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Editorial: Richard Cordray finally in the consumer’s corner

President Barack Obama, left, listens as Richard Cordray, right, the new director of the Consumer Financial Protection Bureau, speaks in the State Dining Room of the White House in Washington, Wednesday, July 17, 2013. The Senate voted on Tuesday, July 16, 2013, to end a two-year Republican blockade that was preventing Cordray from winning confirmation as director of the Consumer Financial Protection Bureau. (AP Photo/Susan Walsh)

President Barack Obama, left, listens as Richard Cordray, right, the new director of the Consumer Financial Protection Bureau, speaks in the State Dining Room of the White House in Washington, Wednesday, July 17, 2013. The Senate voted on Tuesday, July 16, 2013, to end a two-year Republican blockade that was preventing Cordray from winning confirmation as director of the Consumer Financial Protection Bureau. (AP Photo/Susan Walsh) Purchase photo reprints »

People hold a low opinion of the U.S. Congress, but look favorably on one of its creations, the Consumer Financial Protection Bureau. A national poll found that eight in 10 Americans support the work of the agency created by the 2010 Dodd-Frank Act. And still, when that poll was taken in early July, the bureau’s director remained in limbo, two years after he was nominated by President Obama.

That changed last week after Senate Majority Leader Harry Reid threatened Senate Republicans with something they hate even more than containing financial industry excesses — losing their filibuster power.

The administration had to pay for progress by withdrawing two National Labor Relations Board nominees who, like Richard Cordray, the former Ohio attorney general now confirmed at the consumer bureau, had been “recess appointments.” The 66-34 vote to confirm Cordray July 16 clears up uncertainty about the legality of the bureau’s work and is a win for all Americans.

Cordray now carries forward the work envisioned, in large part, by Elizabeth Warren. She had to step away from consideration as director because Republicans in the Senate rightly saw her as a foe of the games big banks play to separate working people from their money, one fine-print maneuver after another.

Here are ways the bureau has been serving the American people so far:

• Come January, new rules will clean up practices in the mortgage industry that held the potential to bring on another housing debt crisis. Lenders must verify a borrower’s ability to repay loans and stop the use of deceptive “teaser” interest rates.

• The bureau has managed to get credit card companies to return $432 million to customers who fell victim to fraudulent practices. That includes an $85 million settlement with American Express for deceptive and discriminatory marketing and billing.

• Take a look at your latest credit card statement. Right there in print, you’ll see what it will cost you if you make a minimum payment, compared with how much you will save if you pay more. That’s information the companies don’t want to share, because they profit so handsomely. The bureau insisted on it.

• So far, an estimated 125,000 people have used the bureau’s complaint system to resolve problems with banks, credit bureaus and debt collectors. In a recent report, the bureau outlined examples of the kinds of problems its staff tackles for everyday Americans.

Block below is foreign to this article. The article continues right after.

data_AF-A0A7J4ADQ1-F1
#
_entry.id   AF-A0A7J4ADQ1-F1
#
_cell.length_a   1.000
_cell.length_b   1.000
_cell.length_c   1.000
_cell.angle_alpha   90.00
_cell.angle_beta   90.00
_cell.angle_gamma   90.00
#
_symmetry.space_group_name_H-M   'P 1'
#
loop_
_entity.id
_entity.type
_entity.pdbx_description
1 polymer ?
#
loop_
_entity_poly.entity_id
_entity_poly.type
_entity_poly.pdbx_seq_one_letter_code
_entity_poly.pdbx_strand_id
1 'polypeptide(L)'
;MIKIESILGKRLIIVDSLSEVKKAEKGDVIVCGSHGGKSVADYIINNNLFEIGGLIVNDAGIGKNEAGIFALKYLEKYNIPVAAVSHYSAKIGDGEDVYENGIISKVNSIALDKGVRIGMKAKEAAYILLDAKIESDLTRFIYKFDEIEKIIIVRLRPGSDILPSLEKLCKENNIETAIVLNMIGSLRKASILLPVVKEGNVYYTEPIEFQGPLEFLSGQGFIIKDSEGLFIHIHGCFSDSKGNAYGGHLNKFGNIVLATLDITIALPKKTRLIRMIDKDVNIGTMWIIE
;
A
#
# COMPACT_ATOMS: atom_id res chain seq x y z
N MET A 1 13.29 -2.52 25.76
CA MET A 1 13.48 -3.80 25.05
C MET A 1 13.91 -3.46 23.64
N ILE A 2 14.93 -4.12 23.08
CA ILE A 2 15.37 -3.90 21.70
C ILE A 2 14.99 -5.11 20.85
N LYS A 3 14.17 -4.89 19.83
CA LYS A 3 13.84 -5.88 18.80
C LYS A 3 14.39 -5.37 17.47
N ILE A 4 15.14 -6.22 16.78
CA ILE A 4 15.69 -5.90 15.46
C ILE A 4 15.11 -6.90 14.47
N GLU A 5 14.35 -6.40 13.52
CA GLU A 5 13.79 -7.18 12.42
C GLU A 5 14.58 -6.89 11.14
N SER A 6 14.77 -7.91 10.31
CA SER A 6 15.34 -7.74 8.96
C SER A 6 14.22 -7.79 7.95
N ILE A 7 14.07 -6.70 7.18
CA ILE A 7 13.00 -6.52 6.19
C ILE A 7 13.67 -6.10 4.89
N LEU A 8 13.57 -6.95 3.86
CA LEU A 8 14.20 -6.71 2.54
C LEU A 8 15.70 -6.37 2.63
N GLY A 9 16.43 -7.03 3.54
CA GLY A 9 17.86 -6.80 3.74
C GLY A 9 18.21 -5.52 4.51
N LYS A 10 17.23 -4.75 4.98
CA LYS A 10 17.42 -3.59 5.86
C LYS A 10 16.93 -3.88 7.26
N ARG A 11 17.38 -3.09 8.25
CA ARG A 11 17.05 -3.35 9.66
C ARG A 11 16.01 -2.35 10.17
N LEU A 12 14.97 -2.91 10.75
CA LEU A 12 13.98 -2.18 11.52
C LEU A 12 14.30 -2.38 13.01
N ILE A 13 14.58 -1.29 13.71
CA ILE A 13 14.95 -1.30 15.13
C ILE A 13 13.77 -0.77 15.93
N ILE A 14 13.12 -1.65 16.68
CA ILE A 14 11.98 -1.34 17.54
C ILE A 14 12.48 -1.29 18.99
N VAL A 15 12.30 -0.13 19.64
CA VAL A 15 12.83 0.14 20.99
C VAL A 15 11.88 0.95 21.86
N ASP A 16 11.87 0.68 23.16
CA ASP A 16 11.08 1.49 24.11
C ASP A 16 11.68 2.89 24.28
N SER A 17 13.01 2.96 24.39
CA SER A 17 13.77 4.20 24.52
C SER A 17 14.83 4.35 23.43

A 77-year-old veteran named Ronald thought he had paid his mortgage in full in 2007, then got a notice from his bank saying he still owed on it. The bureau found he’d overpaid and secured a settlement that paid him $30,000 in refunds and interest. A woman named Nelda contacted the bureau to say her credit card company was refusing to cancel $2,000 in fraudulent charges. A debt collector had taken the 67-year-old clerk to court. The bureau’s investigators made the company clear the debt and call off the dogs.

• A common, and alarming, sight on college campuses these days are posters pushing credit cards. The bureau has conducted a probe into such marketing that uncovered undisclosed deals companies have made with schools to offer up unwitting students as borrowers.

As it moves forward with a confirmed leader, the bureau plans to take on payday lending — long known to take advantage of people who have no other access to small, short-term loans. In an April report, the bureau noted that an annual rate of 391 percent is typical on a 14-day loan.

The bureau will also tackle excessive overdraft fees and devise ways to regulate credit reporting agencies, debt collectors and reverse mortgages.

We hear a lot these days about hard-to-grasp Wall Street inventions that produce fabulous profits. The Consumer Financial Protection Bureau exists to help people not be taken for a ride when engaging in simple transactions that unscrupulous lenders wish to appear complicated.

To make use of the bureau’s services, visit www.consumerfinance.gov/complaint and follow easy-to-read instructions.

One silver lining of the obstructionist confirmation process is that it led to Warren running for the Senate in Massachusetts. Last week, 17 Republicans joined with two independents and all Senate Democrats to confirm Cordray. Warren was one of those Democrats and is sure to remain an outspoken advocate of consumer protection, and a tough adversary for all in the chamber who tried for so long to sideline a consumer champion they never wanted.

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